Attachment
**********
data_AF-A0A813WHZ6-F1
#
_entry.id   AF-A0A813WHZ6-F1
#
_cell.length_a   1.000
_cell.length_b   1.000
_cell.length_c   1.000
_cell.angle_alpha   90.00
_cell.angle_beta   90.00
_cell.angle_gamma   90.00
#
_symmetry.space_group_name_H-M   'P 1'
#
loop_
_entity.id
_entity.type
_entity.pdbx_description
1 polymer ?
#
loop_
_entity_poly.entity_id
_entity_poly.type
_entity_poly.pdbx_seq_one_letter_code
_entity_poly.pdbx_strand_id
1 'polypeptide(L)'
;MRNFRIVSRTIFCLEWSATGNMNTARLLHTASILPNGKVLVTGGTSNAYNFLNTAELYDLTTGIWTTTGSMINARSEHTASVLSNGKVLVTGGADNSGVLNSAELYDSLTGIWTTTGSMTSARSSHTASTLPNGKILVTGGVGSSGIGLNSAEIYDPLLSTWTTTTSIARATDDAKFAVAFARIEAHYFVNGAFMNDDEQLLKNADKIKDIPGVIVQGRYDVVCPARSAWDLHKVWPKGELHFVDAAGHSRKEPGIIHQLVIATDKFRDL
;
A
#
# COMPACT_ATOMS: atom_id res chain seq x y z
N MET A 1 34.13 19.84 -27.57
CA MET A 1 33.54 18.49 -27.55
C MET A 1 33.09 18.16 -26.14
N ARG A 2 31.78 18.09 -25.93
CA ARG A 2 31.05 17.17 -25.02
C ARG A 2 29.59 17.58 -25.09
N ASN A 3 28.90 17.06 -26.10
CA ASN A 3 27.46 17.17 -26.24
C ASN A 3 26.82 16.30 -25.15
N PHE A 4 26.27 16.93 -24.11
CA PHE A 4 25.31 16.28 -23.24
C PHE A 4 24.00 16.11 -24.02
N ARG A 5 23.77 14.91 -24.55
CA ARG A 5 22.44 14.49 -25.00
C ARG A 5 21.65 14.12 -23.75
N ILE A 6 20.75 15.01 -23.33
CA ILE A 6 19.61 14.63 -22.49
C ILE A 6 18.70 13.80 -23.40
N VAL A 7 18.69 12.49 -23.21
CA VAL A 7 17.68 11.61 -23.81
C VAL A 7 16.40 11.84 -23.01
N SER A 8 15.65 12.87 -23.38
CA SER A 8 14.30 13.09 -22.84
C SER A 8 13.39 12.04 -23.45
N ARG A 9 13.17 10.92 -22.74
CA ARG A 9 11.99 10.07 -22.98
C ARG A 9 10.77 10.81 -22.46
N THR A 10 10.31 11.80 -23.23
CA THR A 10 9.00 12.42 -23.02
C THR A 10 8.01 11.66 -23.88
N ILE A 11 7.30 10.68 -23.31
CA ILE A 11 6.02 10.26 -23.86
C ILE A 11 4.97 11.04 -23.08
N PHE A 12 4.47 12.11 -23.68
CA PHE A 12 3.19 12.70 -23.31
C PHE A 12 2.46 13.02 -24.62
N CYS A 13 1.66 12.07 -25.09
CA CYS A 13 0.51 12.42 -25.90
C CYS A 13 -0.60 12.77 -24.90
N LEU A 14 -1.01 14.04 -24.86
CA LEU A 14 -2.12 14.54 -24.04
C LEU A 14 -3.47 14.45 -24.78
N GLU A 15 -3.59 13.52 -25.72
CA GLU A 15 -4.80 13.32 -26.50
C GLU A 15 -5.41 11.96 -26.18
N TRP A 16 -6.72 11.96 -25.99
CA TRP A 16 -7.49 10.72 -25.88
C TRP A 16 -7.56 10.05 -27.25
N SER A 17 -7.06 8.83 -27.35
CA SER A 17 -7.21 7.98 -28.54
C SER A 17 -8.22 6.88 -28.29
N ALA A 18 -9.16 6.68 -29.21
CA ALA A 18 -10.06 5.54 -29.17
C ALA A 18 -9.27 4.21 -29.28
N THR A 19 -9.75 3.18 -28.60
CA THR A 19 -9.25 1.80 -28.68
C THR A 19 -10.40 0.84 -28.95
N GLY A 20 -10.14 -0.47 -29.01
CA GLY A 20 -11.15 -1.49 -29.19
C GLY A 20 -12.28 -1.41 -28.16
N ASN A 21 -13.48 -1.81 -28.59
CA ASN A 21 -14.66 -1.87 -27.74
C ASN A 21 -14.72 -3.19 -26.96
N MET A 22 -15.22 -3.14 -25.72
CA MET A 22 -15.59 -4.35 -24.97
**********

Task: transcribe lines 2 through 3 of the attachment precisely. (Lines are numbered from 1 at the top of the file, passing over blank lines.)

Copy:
#
_entry.id   AF-A0A813WHZ6-F1